Review: Samsung 65" curved 4K Smart-TV
I had a couple of weeks to play with Samsung’s top-of-the-line 65 inch 4K television and to mull its three major innovations.
REVIEW: 4K televisions have four times the resolution of HD televisions, with a screen resolution of 3840x2160 pixels. As well as being one of the first 4K televisions priced under $10,000, Samsung’s HU9000 television also has one of the concave curved screens that the Korean firm is heavily promoting through television advertisements at the moment.
Its other notable feature is that the “brains” of the television and its cable-inputs are contained a separate box that plugs into the screen, rather than being built into the screen itself. The idea is that the television will be able to be upgraded with faster processors, better connectivity options and newer software, without the need to replace the costly screen.
As you would expect from its size and specifications, the HU9000 provides a stunning picture when viewing native 4K content.
But it was not that easy to tell the difference between true 4K content and films on Blu-ray that the TV “upscaled” to 4K resolution. That’s a good thing; the benefits were brought home in being able to see the detail of rain drops splattering off the pavement in the closing scene of Midnight in Paris on Blu-ray.
HD content was more than passable upscaled on the 65in screen. Standard definition programming pushed through an analogue connection on an old MySky box looked as mediocre as you’d expect, proving the adage, “rubbish in, rubbish out”.
It is not yet clear whether 4K will take off as a broadcast television standard (more on that at the end of this review). But the bottom line on 4K is that as well as perhaps future-proofing your TV, you will get immediate enjoyment from the higher resolution if you watch a lot of programmes on Blu-rays.
The benefits of the HU9000’s curved screen are probably best described as subtle. Samsung says it provides a more “immersive” experience and, rather counter-intuitively, a wider effective field of view. After staring at one on and off for two weeks, trying to decipher the physics and reading screeds from overseas experts on the subject, I’d have to say: “um, could be”.
Despite the curve, the television can still be wall-hung.
The concept of having the brains of a television contained in a separate box is an appealing one, but if the trend catches on, it will mean consumers will need to check they are getting the latest gizmo.
This television was supplied with a unit that contained a quad-core processor and HDMI 2.0 inputs; the latter are important to get the most out of fast-moving 4K action scenes.
Some other considerations:
❏ The HU9000 is a 3-D television and is supplied with two active-technology glasses, but we found the 3-D experience somewhat disappointing, pushing distant objects into the background rather than pulling the foreground towards the viewer. That may be down to the 3-D footage supplied through Samsung’s app store, but if 3-D is important to you, “try before you buy” and ask the salesperson for a demo.
❏ A soundbar is a must if you are spending this much money on a television. That’s if you want to hear the whispered dialogue on Games of Thrones without waking the kids up with blood-curdling screams when someone is skewered through the neck a few seconds later.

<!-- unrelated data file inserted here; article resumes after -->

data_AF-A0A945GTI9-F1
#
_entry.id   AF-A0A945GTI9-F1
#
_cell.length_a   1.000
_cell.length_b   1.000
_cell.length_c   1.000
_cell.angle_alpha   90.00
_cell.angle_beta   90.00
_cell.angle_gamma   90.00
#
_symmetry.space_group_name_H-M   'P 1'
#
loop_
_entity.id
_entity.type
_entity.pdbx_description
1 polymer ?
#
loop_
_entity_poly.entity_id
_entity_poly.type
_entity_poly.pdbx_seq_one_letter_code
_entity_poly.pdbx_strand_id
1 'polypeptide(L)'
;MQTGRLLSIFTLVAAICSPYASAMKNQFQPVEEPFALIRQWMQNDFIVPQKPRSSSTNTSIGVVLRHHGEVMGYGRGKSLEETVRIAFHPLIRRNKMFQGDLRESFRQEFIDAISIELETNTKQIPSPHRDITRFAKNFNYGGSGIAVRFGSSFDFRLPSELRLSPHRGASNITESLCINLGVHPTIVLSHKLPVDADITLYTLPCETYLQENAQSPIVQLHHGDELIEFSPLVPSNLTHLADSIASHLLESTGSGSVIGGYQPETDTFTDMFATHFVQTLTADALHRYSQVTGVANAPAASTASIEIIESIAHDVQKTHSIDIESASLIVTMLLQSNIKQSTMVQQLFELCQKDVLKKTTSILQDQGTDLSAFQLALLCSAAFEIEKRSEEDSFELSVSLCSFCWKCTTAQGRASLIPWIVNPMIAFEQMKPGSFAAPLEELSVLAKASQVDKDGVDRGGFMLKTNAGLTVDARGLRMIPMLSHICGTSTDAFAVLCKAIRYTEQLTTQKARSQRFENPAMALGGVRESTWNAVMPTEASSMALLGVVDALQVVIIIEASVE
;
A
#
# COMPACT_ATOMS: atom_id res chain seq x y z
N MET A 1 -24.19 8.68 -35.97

❏ The standard remote-control supplied with the HU9000 looks pretty cheap, but it also comes with a rather nifty wand that projects a cursor on screen and is great for accessing its “smart” online functions. Some have found the wand unwieldy; we liked it.
❏ Easy of use more generally - access to menu systems, smart functions and settings - was good, but could still be more intuitive. Television makers are packing more features into TVs and interface designers are playing catch-up.
❏ The build-quality appears excellent. Samsung strived for years to attain brand-parity with the likes of Japan’s Sony and Panasonic. In this and other products it appears to have succeeded.
My biggest surprise was that I quickly got used to having this monster of a television in the living room. When the review was over, my own 32in television, which I’d previously thought ample, looked the size of a postage stamp. I was relieved to find my family adjusted back to our old television within 24 hours, however.
Now back to the 4K debate: Sky Television says its next-generation of MySky boxes is likely to include support for 4K, but it doesn’t have a release date. In any case, specifying a 4K chipset might just be a cheap insurance policy for the pay-TV firm; it doesn’t mean it is committing to actually broadcast programmes in the higher resolution.
Freeview chief executive Sam Irvine doesn’t believe broadcasters will begin transmitting shows in 4K until they start delivering programming over ultrafast broadband. That is because of the amount of satellite or terrestrial wireless transmission capacity needed to support the resolution.
There is a smattering of 4K content online. United States internet television company Netflix has been an earlier pioneer, streaming a remastered version of hit show Breaking Bad in 4K. The World Cup final in Brazil is also being shot in 4K through a collaboration with Sony.
But the risk is that if 4K doesn’t gain momentum, it could become a just a step on the road to even-higher resolution 8K televisions which may go into mass production as early as 2017.
That said, there is no disadvantage to getting a TV that offers 4K aside from the extra cost and , once again, immediate benefits when watching Blu-rays.
Samsung Model UA65HU9000, current lowest price: $7998.
- The Dominion Post